“Chariette was my neighbor. We lived next door to each other. She often organized group information sessions in the neighbourhood to talk about sexually transmitted infections (STIs) and early pregnancy, and unintended pregnancies as well.  When I started attending her sessions I was in a bit of unstable relationship. My life was chaotic. My boyfriend didn’t like using protection and we told each other that as we loved each other we weren’t taking any risks. Once I caught something and I was itching a lot. My boyfriend told me that I must have caught it in a public toilet. I trusted him and I didn’t realize I could catch something. When I started listening to Chariette it opened my eyes and I realized I was running big risks. As we aren’t married and we are still studying, we shouldn’t have an unintended pregnancy. What would we do? She told me about sexually transmitted infections as well. I tried to talk to my boyfriend about it but he didn’t want to hear about it, especially about using condoms. I asked for a private session with Chariette for him, and she spoke to us both and he finally understood. Today we have a much more stable sex life and we aren’t running those risks anymore. He learned how to use a condom. After attending her sessions, I was able to save a friend with Chariette’s help. This friend tried to perform an abortion herself and she was bleeding everywhere. I remembered that Chariette told me about the Cameroon National Planning Association for Family Welfare clinic, so I called her and asked how she could be admitted. She was able to receive post-abortion care but if I hadn’t known Chariette I don’t know what would have happened. I have brothers and I have helped them to change too. I’ve helped them to adopt a healthier sex life. There is HIV around and it’s scary.” Gertrude Zouakeu Noutcha, 29, is a student and peer educator for the Cameroon National Planning Association for Family Welfare (CAMNAFAW)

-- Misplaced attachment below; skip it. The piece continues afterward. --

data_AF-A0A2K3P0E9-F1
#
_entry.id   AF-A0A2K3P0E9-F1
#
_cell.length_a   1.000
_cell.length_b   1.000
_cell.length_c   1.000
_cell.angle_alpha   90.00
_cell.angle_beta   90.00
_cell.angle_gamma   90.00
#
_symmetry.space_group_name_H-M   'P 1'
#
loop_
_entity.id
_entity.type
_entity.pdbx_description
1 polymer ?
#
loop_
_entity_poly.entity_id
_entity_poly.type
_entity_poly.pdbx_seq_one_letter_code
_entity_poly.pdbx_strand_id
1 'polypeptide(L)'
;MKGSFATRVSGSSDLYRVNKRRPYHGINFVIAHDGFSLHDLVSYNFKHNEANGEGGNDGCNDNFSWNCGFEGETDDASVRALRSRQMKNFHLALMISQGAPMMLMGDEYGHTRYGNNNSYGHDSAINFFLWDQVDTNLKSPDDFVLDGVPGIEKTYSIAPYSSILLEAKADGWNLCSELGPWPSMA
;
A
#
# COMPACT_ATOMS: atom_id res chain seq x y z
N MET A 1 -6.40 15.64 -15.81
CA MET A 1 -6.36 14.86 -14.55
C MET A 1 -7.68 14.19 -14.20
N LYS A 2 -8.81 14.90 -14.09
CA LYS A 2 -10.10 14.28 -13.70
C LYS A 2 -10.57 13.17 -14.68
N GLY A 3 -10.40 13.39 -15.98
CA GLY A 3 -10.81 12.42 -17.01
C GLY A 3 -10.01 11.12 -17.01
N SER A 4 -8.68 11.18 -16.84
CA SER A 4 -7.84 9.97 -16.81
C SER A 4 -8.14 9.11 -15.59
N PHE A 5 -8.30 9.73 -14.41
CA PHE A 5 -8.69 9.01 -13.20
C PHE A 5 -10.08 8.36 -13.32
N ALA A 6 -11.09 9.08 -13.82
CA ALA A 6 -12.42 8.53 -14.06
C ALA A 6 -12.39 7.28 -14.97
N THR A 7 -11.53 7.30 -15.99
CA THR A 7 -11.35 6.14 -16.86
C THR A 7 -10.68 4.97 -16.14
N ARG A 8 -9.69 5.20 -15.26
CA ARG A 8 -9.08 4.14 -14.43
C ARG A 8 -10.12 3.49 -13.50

Peer educator and English language student Gertrude Zouakeu Noutcha, 29, at Mimboman clinic in Yaounde, Cameroon
story

| 26 May 2022

"I have brothers and I have helped them to change too. I’ve helped them to adopt a healthier sex life"

“Chariette was my neighbor. We lived next door to each other. She often organized group information sessions in the neighbourhood to talk about sexually transmitted infections (STIs) and early pregnancy, and unintended pregnancies as well.  When I started attending her sessions I was in a bit of unstable relationship. My life was chaotic. My boyfriend didn’t like using protection and we told each other that as we loved each other we weren’t taking any risks. Once I caught something and I was itching a lot. My boyfriend told me that I must have caught it in a public toilet. I trusted him and I didn’t realize I could catch something. When I started listening to Chariette it opened my eyes and I realized I was running big risks. As we aren’t married and we are still studying, we shouldn’t have an unintended pregnancy. What would we do? She told me about sexually transmitted infections as well. I tried to talk to my boyfriend about it but he didn’t want to hear about it, especially about using condoms. I asked for a private session with Chariette for him, and she spoke to us both and he finally understood. Today we have a much more stable sex life and we aren’t running those risks anymore. He learned how to use a condom. After attending her sessions, I was able to save a friend with Chariette’s help. This friend tried to perform an abortion herself and she was bleeding everywhere. I remembered that Chariette told me about the Cameroon National Planning Association for Family Welfare clinic, so I called her and asked how she could be admitted. She was able to receive post-abortion care but if I hadn’t known Chariette I don’t know what would have happened. I have brothers and I have helped them to change too. I’ve helped them to adopt a healthier sex life. There is HIV around and it’s scary.” Gertrude Zouakeu Noutcha, 29, is a student and peer educator for the Cameroon National Planning Association for Family Welfare (CAMNAFAW)